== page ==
We Thought We’d Share This Lovely Message From Christine To Rodriguez On Today’s Sugarman.org Forum…

Poet extraordinaire. What memories. A youth relived. 1977 ‘Rodriguez At His Best’ is still one of my all time favourite albums. I just watched the doco and sang along with every song. Had no idea Rodriguez was so popular in South Africa back then. It certainly answered a lot of questions for me; he was always a mystery. To the man – your words speak of truth and an honest life lived. I’ll never have the money to see you in concert, but your lyrics and music drifted through my many dwellings marking the past years with memories sweet and sad. Thank you, Christine.

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Posted in News

Searching for Malik Bendjelloul – a tragedy revisited | Film | The Observer

In May Swedish film-maker Malik Bendjelloul – who had won an Oscar for his debut, the stunning Searching for Sugar Man – shocked everyone by taking his own life. Talking to the people closest to him, Andrew Anthony tries to make sense of a tragedy.

Malik Bendjelloul photographed in 2012: ‘He had a tremendous personal aura.’ Photograph: Andrew H Walker

Malik Bendjelloul photographed in 2012: ‘He had a tremendous personal aura.’ Photograph: Andrew H Walker

Documentary feature film-making, if done well, is a long, arduous and very often thankless task. There is no script to speak of, no blueprint or guidelines. All there is to work on is the shapeless chaos of the world, or a particular part of the world, out of which the film-maker hopes to fashion a coherent structure, arresting images, compelling characters and a story that excites and touches people. In terms of reaching a large and appreciative audience, it’s almost always a study in failure.

There are, though, a select group of exceptions, narrative documentaries that enjoy critical recognition and the special approval of a cinematic release. One such film was Searching for Sugar Man, a story about Sixto Rodriguez, a forgotten Detroit singer-songwriter from the early 1970s who, unbeknown to him, was a huge star in South Africa during the apartheid era. It was the debut of a young and immensely talented Swedish film-maker named Malik Bendjelloul, who had come across Rodriguez’s story while travelling in Africa, looking for stories to turn into short TV pieces.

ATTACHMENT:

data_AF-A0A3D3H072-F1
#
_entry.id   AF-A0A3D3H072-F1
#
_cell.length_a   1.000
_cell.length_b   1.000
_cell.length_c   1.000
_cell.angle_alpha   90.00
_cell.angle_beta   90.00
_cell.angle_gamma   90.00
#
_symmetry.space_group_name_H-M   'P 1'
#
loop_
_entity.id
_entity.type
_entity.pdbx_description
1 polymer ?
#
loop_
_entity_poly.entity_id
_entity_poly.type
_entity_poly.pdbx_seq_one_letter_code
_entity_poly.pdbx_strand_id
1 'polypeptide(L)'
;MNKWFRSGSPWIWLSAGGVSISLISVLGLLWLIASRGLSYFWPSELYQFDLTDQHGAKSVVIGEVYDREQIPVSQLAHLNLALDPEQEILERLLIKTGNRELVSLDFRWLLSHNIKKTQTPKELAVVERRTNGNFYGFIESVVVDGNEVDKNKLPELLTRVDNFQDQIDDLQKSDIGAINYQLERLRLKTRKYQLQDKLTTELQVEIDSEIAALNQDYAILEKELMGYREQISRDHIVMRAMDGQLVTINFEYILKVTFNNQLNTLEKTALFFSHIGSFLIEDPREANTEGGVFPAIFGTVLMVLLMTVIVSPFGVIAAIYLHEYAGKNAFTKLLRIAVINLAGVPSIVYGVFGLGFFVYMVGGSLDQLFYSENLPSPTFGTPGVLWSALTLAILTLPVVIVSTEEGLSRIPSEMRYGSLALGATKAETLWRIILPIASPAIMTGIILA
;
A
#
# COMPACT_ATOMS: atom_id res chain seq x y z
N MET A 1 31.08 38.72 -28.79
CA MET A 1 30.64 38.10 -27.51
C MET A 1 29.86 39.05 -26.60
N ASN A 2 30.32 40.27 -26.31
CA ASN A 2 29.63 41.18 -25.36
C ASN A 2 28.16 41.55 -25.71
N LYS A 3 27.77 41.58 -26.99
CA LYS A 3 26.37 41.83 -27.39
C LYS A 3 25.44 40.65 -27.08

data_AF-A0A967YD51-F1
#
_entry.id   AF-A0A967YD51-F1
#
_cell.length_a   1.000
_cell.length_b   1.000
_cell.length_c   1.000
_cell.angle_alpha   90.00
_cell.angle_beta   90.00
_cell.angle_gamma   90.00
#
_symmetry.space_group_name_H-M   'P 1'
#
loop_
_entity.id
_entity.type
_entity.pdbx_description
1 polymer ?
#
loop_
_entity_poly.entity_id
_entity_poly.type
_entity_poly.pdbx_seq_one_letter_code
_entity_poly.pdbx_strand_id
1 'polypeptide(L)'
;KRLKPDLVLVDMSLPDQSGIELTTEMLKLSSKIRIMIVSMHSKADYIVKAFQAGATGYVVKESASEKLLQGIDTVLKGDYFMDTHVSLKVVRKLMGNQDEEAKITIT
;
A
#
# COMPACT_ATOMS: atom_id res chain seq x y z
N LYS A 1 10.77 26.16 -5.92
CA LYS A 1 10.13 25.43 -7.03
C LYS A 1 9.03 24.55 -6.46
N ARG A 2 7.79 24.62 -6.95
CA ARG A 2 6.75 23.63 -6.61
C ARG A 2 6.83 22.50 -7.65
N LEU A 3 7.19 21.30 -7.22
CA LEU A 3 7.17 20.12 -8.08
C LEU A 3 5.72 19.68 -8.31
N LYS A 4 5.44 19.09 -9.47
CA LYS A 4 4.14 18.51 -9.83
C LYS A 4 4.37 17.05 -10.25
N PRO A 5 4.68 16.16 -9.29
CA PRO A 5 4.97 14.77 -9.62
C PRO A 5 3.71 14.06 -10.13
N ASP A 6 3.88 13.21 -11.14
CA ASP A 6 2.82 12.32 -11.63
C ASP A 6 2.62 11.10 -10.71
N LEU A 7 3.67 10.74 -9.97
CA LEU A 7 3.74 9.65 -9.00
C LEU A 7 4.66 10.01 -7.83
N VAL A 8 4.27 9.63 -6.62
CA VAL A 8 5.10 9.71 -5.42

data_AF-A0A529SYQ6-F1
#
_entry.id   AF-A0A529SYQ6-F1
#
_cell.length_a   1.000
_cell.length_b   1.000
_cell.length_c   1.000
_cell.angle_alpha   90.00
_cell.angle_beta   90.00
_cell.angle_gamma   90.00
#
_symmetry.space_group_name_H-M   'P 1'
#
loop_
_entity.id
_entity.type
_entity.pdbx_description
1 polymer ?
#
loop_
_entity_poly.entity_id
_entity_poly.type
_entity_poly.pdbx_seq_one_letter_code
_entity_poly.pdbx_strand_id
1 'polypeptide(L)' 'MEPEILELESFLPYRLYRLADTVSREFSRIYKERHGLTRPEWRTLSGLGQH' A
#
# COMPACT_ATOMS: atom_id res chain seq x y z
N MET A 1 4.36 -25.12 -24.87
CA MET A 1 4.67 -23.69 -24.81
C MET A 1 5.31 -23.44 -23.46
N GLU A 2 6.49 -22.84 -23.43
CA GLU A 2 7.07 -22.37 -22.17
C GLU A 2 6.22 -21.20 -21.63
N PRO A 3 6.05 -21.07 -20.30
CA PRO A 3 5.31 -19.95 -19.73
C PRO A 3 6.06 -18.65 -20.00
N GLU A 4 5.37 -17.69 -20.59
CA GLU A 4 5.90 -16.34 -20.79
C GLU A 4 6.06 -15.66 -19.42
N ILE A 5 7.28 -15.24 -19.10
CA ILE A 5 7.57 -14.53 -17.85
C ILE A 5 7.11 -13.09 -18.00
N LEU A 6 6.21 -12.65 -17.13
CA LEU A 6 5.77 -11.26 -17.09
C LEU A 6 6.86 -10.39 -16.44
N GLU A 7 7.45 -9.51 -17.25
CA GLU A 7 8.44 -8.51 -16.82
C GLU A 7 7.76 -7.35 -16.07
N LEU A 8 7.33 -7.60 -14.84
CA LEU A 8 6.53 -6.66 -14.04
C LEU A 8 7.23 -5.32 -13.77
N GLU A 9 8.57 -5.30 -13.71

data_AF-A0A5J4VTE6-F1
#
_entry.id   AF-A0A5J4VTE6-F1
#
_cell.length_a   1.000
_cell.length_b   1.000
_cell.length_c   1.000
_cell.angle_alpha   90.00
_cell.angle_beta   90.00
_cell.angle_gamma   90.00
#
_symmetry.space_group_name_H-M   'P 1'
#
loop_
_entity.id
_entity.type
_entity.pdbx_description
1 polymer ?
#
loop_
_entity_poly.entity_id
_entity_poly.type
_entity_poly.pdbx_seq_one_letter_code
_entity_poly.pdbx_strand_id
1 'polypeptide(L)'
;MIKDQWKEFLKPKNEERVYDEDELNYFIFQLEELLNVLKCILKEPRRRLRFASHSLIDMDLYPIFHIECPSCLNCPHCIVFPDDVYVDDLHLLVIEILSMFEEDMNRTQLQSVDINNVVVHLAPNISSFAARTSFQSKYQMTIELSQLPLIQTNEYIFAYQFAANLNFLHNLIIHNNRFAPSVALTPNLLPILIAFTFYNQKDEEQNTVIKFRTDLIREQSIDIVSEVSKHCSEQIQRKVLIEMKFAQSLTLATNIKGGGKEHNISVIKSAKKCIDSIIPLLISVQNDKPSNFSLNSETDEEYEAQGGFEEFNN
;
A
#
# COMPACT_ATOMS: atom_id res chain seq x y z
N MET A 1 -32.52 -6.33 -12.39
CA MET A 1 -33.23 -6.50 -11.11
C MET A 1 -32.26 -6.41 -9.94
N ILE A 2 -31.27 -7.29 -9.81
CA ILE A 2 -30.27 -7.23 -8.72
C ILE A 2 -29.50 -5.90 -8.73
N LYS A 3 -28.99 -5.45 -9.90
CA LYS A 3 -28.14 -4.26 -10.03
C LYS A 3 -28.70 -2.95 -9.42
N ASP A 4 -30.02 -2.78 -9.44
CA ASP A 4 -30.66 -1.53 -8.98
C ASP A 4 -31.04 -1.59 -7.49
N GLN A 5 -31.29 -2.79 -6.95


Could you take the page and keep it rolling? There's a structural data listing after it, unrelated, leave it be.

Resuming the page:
So struck was he by the tale of this lost musician that he went off on his own and gathered the material, directed, filmed some sections himself, wrote incidental music, added his own illustrations, made the title sequence and finally edited it for 1,000 days. During filming Bendjelloul ran out of money and, as he could no longer afford Super 8 film, he shot some of the remaining footage on a smartphone using the iPhone app8mm Vintage Camera.

Read more at Searching for Malik Bendjelloul – a tragedy 

Posted in News, Newspapers & Magazines, Reviews & Interviews, Searching For Sugar Man Film

Cause It’s the Greatest Last Song Ever Recorded

How Steve Rowland Produced the Real Rodriguez on “Coming from Reality”

By Mark Worth ​

Coming From Reality

Coming From Reality

 

One of the most noteworthy final albums ever recorded might never have been made had Steve Rowland not been sitting in the London office of music publisher Freddy Beanstalk one day in the summer of 1970.

Rowland looked on Beanstalk’s desk and saw a copy of an album hardly anyone had ever heard of, by a singer-songwriter from Detroit who was just as obscure. Rowland borrowed Cold Fact and listened to it.